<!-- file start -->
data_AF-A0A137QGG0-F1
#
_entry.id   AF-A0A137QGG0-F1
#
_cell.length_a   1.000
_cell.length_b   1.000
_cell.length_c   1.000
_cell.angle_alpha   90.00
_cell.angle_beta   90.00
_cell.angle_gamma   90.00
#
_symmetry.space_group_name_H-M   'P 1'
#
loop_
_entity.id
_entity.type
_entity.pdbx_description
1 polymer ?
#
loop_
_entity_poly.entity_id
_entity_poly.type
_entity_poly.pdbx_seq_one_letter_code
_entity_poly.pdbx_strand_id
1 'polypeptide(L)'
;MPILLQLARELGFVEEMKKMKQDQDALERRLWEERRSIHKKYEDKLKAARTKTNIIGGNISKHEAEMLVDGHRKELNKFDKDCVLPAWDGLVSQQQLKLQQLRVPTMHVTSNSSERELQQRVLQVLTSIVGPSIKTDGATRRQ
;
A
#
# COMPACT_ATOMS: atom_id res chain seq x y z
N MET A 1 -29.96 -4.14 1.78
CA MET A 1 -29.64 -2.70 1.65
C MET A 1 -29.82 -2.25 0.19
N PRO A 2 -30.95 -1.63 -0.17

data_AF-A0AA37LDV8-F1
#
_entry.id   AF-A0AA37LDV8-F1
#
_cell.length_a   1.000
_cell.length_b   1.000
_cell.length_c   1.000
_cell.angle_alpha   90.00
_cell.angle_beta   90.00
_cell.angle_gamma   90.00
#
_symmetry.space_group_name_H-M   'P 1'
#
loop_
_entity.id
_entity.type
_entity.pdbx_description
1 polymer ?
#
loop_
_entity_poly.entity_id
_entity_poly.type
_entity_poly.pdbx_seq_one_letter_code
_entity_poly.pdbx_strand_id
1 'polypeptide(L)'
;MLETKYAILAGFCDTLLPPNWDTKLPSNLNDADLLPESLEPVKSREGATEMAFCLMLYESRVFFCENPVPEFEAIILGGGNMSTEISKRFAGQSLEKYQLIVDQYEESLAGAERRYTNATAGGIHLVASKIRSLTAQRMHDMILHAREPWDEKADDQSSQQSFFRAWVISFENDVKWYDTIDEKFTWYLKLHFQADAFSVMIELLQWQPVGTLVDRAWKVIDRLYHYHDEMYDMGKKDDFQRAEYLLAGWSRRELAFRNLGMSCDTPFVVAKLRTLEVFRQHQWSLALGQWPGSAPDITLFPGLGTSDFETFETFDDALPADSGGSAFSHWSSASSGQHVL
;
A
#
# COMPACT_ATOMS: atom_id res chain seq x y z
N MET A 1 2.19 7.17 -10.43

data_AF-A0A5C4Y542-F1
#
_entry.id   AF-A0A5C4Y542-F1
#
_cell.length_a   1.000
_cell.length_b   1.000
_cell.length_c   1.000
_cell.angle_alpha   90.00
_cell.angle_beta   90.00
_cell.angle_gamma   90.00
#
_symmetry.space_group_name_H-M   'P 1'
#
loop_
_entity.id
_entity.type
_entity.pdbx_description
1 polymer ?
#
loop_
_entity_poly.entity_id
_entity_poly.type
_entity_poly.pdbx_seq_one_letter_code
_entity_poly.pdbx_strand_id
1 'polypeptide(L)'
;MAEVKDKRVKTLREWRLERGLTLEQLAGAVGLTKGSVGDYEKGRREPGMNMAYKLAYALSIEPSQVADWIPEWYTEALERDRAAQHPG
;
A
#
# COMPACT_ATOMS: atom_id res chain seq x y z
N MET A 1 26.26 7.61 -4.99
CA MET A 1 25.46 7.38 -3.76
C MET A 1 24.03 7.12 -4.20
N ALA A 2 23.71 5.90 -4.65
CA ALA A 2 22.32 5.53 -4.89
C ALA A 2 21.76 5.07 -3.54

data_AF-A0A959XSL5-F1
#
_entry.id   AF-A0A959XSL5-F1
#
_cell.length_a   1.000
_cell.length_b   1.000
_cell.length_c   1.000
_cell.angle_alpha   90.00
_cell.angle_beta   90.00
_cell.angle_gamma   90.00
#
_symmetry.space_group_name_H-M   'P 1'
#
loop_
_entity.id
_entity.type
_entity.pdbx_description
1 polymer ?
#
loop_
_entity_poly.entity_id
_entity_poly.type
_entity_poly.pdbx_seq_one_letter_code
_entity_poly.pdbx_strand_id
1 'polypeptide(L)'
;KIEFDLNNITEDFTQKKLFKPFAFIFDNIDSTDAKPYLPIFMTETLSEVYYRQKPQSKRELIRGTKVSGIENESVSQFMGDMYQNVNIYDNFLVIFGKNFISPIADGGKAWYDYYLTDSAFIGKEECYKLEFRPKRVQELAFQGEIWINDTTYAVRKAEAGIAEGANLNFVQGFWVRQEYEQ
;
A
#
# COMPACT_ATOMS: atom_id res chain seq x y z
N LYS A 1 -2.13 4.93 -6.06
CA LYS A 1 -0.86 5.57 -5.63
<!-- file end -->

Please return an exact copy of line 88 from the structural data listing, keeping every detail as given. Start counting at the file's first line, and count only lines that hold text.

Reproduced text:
_entity_poly.pdbx_seq_one_letter_code